With a Little Help from 31P NMR: From Localized Hopping to Long-Range Li+ Transport in Argyrodite-Type Li6PS5I

Activity: Talk or presentationTalk at workshop, seminar or courseScience to science

Description

Li6PS5I acts as a perfect model substance to study length-scale dependent diffusion parameters in an ordered matrix. It provides Li-rich cages which offer rapid, but localized Li+ translational jump processes. As jumps between these cages are assumed to be much less frequent, long-range ion transport is sluggish resulting in ionic conductivities in the order of 10−6 S cm−1 at room temperature [1]. In contrast, the site disordered analogues Li6PS5X (X= Br, Cl) are known as fast ion conductors as structural disorder facilities intercage dynamics [1]. As yet, the two extremely distinct jump processes in Li6PS5I have not been visualized separately.
Here, we used a combination of 31P and 7Li NMR relaxation measurements to probe this bimodal dynamic behavior, that is, ultrafast intracage Li+ hopping and the much slower Li+ intercage exchange process. While the first is to be characterized by an activation energy of ca. 0.2 eV as directly measured by 7Li NMR [1,2], the latter is best observed indirectly by 31P NMR pointing to an activation energy of 0.44 eV. This value perfectly agrees with that probed by direct current conductivity spectroscopy being sensitive to long-range ion transport for which the intercage jumps are the rate limiting step.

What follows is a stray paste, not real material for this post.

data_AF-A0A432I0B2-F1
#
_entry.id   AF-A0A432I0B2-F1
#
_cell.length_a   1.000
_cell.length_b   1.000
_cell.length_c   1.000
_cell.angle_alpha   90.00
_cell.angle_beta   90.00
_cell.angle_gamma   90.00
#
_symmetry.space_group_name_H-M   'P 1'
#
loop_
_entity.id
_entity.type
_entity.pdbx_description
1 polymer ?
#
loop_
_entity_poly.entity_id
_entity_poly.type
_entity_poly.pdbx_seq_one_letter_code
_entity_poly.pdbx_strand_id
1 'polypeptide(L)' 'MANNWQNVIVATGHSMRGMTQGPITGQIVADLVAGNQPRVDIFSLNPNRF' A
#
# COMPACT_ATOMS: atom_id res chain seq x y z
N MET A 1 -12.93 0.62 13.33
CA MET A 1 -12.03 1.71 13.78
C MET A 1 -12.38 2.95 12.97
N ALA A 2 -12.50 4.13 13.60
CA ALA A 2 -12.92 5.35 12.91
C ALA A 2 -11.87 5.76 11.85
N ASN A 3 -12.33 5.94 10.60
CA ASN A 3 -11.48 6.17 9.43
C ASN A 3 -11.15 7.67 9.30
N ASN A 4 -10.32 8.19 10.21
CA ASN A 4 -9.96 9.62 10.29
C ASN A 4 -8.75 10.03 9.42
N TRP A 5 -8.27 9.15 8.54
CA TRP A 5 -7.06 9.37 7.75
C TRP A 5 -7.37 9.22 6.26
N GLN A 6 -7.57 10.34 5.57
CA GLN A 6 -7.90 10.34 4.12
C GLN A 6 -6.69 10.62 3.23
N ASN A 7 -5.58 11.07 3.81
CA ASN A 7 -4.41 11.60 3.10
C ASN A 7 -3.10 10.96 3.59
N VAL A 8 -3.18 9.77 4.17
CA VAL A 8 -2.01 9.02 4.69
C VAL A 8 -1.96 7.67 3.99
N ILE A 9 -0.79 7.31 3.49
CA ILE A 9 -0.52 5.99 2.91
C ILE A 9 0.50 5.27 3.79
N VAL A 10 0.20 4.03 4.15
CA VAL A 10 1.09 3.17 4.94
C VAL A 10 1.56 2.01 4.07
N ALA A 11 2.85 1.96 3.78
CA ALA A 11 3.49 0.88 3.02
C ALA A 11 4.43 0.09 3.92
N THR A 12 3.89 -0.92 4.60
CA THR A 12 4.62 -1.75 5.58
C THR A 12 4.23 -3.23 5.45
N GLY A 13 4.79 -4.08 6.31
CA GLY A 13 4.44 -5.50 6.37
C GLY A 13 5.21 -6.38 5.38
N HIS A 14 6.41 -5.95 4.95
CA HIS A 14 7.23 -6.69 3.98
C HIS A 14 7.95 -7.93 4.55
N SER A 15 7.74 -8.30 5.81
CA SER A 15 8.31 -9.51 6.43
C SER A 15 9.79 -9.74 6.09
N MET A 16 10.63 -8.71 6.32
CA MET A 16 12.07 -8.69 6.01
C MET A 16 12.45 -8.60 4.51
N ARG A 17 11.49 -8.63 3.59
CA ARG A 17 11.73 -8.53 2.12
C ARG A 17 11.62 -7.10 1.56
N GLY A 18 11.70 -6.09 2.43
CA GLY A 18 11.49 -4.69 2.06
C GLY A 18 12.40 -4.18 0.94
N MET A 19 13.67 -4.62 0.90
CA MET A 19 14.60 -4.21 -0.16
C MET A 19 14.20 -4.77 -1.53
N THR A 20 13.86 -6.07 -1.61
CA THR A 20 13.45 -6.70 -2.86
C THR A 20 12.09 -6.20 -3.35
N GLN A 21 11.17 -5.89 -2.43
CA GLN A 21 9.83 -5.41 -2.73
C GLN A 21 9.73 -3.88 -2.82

Moreover, also quantitative agreement in terms of diffusion coefficients is observed. The solid-state diffusion coefficient Dσ obtained from conductivity spectroscopy agrees very well with that from 31P NMR (DNMR ≈ 4.6  10−15 cm2 s−1). DNMR was directly extracted from the pronounced diffusion-controlled 31P NMR spin-lock spin-lattice relaxation peak appearing at 366 K. The influence of rotational jump processes of the PS43- polyanions on Li+ dynamics (and vice versa) is discussed as well [2,3]. In conclusion, cation and anion site disorder in the Li6PS5X family is the key property to understand the extraordinarily high ionic conductivities seen for the samples with X = Br, Cl [4].
[1] I. Hanghofer, M. Brinek, S. L. Eisbacher, B. Bitschnau, M. Volck, V. Hennige, I. Hanzu, D. Rettenwander, H. M. R. Wilkening, Phys. Chem. Chem. Phys. 21 (2019) 8489.
[2] I. Hanghofer, B. Gadermaier, and H. M. R. Wilkening, Chem. Mater. 31 (2019) 4591.
[3] M. Brinek, C. Hiebl, K. Hogrefe, I. Hanghofer, and H. M. R. Wilkening, J. Phys. Chem. C 124 (2020) 22934.
[4] M. Gombotz, K. Hogrefe, R. Zettl, B. Gadermaier, and H. M. R. Wilkening, Phil. Trans. A, 2021, in press.
Period14 Sep 2021
Event title1st Energy Landscapes and Structure of Ion Conducting Solids Workshop and Bunsen-Kolloquium
Event typeWorkshop
LocationMarburg, Germany
Degree of RecognitionInternational